As we reached the Bristol Channel and sailed on to Land’s End, the wind increased to Force 7 to 8.  The crashing of the wind through the rigging and the feeling that we were riding a wild, wet rollercoaster is exciting in retrospect, but that’s not how it felt at the time.  This was the first time I’d experienced this type of weather, so I was apprehensive about how we, and the boat, would cope. 

We were all exhausted and seasick but eventually we arrived intact in Falmouth at 5am on Wednesday morning, over 24 hours later than expected.  We had a day there to recover before a final push along the south coast to Dartmouth, via Plymouth.  What I discovered was that finally - in the final 12 to 18 hours of our journey - I was becoming more accustomed to life on board and was able to sleep regularly..  By the end of the trip, I was actually quite enjoying myself, which had seemed an unlikely prospect only a few days before.

My Dad sent an email shortly after I arrived in Dartmouth.  It read, “Sorry to hear you felt a bit seasick this week….it will get a lot worse you know.”  I found that was a real morale booster.  Thanks, Dad!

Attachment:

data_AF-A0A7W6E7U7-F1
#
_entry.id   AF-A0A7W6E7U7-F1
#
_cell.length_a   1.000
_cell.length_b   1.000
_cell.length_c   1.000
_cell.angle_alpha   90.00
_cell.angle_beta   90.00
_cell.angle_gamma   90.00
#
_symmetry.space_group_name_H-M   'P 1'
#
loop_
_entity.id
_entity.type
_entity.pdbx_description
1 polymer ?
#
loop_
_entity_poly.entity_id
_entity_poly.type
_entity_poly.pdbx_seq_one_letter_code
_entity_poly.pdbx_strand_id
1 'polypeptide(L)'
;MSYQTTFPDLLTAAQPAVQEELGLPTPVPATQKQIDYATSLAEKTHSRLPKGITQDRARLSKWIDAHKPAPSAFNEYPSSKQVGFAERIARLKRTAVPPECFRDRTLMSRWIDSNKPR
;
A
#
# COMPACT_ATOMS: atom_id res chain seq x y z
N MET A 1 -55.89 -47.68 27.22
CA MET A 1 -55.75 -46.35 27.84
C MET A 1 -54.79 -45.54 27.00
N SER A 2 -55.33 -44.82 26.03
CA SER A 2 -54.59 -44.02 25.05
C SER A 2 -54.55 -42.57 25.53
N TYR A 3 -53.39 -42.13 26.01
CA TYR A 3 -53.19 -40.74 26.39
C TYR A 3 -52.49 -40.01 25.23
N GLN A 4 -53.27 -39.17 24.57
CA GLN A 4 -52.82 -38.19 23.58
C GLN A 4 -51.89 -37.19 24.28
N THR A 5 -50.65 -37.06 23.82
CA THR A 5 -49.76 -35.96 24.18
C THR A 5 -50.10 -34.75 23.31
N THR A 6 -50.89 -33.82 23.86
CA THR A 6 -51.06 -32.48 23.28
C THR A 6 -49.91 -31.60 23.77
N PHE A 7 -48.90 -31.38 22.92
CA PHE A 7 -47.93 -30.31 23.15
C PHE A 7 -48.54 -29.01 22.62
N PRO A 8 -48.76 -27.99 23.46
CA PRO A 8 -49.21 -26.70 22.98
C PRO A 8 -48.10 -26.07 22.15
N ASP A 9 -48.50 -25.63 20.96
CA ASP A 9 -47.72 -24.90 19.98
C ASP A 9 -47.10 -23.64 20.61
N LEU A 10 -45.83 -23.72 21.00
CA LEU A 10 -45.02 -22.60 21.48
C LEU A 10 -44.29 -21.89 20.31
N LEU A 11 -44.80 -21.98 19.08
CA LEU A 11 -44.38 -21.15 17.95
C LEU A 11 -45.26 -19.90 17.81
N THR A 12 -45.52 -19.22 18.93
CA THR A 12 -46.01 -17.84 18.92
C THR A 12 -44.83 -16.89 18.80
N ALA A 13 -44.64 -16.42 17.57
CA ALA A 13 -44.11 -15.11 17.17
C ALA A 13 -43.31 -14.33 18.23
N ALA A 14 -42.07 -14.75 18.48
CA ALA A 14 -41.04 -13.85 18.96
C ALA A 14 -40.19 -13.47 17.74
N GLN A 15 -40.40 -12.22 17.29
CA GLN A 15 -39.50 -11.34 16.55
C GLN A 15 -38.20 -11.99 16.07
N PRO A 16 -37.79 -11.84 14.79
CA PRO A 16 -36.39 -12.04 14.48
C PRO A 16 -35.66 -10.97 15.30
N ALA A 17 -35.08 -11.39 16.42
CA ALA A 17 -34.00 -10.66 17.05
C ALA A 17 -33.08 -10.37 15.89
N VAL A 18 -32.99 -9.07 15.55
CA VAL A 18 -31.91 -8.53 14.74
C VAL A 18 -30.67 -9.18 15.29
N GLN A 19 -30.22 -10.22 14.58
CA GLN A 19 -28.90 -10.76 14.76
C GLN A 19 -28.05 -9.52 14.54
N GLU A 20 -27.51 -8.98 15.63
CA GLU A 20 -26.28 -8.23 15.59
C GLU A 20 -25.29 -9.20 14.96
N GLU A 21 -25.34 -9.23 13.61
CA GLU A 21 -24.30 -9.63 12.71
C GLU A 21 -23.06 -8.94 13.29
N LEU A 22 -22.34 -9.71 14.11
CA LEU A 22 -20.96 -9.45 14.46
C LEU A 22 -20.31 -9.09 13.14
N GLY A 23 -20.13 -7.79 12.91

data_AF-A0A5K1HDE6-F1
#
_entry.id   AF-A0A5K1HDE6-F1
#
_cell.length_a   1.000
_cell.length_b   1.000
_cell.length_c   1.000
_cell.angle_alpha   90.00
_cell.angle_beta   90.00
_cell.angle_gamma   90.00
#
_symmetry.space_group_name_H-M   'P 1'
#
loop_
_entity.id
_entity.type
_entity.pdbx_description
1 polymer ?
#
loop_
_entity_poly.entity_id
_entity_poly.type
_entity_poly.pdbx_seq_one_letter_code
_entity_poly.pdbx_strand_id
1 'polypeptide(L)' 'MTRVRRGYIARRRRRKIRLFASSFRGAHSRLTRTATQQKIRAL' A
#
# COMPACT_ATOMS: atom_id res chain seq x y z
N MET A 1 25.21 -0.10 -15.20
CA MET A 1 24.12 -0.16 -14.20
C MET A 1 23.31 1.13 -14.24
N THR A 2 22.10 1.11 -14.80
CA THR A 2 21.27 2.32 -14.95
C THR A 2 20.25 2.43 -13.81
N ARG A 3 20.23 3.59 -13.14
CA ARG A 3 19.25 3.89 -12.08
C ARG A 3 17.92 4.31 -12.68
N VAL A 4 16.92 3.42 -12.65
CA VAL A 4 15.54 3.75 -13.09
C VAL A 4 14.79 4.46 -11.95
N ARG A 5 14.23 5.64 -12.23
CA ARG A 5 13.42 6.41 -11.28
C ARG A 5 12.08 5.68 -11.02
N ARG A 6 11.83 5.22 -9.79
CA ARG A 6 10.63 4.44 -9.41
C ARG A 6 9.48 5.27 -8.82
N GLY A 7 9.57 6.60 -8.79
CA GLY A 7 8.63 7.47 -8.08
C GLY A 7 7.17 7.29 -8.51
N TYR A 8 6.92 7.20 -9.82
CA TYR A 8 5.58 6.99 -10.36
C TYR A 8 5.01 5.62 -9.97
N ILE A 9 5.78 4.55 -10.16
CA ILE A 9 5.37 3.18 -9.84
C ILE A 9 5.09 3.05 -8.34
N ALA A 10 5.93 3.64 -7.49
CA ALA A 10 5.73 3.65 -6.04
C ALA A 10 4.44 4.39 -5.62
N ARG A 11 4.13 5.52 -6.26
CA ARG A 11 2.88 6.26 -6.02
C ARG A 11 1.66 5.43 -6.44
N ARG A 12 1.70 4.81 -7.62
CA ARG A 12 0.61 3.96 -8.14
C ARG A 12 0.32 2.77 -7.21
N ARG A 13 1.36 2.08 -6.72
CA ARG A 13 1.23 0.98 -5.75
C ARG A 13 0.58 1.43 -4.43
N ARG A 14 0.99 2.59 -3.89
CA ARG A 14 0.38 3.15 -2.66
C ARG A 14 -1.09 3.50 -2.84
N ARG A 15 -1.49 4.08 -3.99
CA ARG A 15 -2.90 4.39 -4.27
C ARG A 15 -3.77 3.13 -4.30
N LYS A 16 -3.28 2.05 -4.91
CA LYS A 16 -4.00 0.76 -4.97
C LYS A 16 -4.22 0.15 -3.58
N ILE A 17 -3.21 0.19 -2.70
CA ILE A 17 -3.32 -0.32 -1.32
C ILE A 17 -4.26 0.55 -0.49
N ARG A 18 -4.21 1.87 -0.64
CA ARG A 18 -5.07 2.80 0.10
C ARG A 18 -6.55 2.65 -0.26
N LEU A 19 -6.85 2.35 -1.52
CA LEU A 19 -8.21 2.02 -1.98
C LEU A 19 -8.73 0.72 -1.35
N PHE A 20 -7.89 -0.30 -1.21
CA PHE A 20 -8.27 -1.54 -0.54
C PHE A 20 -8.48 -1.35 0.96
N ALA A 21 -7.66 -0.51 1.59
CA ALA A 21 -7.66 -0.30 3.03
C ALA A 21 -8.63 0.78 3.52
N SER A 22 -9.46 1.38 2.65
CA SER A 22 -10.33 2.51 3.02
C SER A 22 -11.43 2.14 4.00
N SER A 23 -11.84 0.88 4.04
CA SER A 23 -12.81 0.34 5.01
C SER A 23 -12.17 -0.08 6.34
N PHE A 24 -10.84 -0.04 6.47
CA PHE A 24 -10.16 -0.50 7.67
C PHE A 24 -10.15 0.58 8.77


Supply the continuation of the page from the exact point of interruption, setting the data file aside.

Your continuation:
Anyway, back to the boat.  We popped into Plymouth on the way from Falmouth to pick up a TV reporter and cameraman from the local ITV news station.  They were on board to publicise the race and to interview the Admiral, who is a local boy from Teignmouth.  They were also there to make film stars of us all and we were more than happy to oblige.  Some were grinding, some trimming sails and some helming.  Some, like me, were more than happy just to be interviewed.  I’m sure I answered every question correctly and resisted the temptation to gurn at the camera, but for reasons unknown, I was cut from the broadcast.  My five minutes of fame will have to wait.